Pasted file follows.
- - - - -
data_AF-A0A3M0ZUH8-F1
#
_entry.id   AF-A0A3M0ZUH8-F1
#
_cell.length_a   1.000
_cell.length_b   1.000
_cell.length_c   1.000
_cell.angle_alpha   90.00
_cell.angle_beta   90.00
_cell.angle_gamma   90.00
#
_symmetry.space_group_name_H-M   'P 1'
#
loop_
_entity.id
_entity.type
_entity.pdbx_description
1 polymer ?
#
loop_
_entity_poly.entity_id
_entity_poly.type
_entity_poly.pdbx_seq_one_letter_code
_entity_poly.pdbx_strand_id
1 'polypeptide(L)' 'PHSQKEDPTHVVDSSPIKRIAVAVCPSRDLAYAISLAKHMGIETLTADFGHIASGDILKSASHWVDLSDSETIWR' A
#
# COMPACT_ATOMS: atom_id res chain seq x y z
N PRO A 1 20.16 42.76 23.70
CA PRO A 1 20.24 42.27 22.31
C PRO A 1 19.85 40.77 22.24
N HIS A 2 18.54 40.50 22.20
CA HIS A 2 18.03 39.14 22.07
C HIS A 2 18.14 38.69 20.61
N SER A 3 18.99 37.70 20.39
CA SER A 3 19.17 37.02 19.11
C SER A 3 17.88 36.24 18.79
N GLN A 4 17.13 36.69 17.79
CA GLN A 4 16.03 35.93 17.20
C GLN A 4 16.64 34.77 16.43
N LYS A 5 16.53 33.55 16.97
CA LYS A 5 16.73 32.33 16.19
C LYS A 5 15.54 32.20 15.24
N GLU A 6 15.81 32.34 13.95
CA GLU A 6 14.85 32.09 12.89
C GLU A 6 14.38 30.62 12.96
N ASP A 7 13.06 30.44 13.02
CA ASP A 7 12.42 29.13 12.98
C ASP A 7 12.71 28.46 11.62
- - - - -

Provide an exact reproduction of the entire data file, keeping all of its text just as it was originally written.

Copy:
data_AF-A0A3M0ZUH8-F1
#
_entry.id   AF-A0A3M0ZUH8-F1
#
_cell.length_a   1.000
_cell.length_b   1.000
_cell.length_c   1.000
_cell.angle_alpha   90.00
_cell.angle_beta   90.00
_cell.angle_gamma   90.00
#
_symmetry.space_group_name_H-M   'P 1'
#
loop_
_entity.id
_entity.type
_entity.pdbx_description
1 polymer ?
#
loop_
_entity_poly.entity_id
_entity_poly.type
_entity_poly.pdbx_seq_one_letter_code
_entity_poly.pdbx_strand_id
1 'polypeptide(L)' 'PHSQKEDPTHVVDSSPIKRIAVAVCPSRDLAYAISLAKHMGIETLTADFGHIASGDILKSASHWVDLSDSETIWR' A
#
# COMPACT_ATOMS: atom_id res chain seq x y z
N PRO A 1 20.16 42.76 23.70
CA PRO A 1 20.24 42.27 22.31
C PRO A 1 19.85 40.77 22.24
N HIS A 2 18.54 40.50 22.20
CA HIS A 2 18.03 39.14 22.07
C HIS A 2 18.14 38.69 20.61
N SER A 3 18.99 37.70 20.39
CA SER A 3 19.17 37.02 19.11
C SER A 3 17.88 36.24 18.79
N GLN A 4 17.13 36.69 17.79
CA GLN A 4 16.03 35.93 17.20
C GLN A 4 16.64 34.77 16.43
N LYS A 5 16.53 33.55 16.97
CA LYS A 5 16.73 32.33 16.19
C LYS A 5 15.54 32.20 15.24
N GLU A 6 15.81 32.34 13.95
CA GLU A 6 14.85 32.09 12.89
C GLU A 6 14.38 30.62 12.96
N ASP A 7 13.06 30.44 13.02
CA ASP A 7 12.42 29.13 12.98
C ASP A 7 12.71 28.46 11.62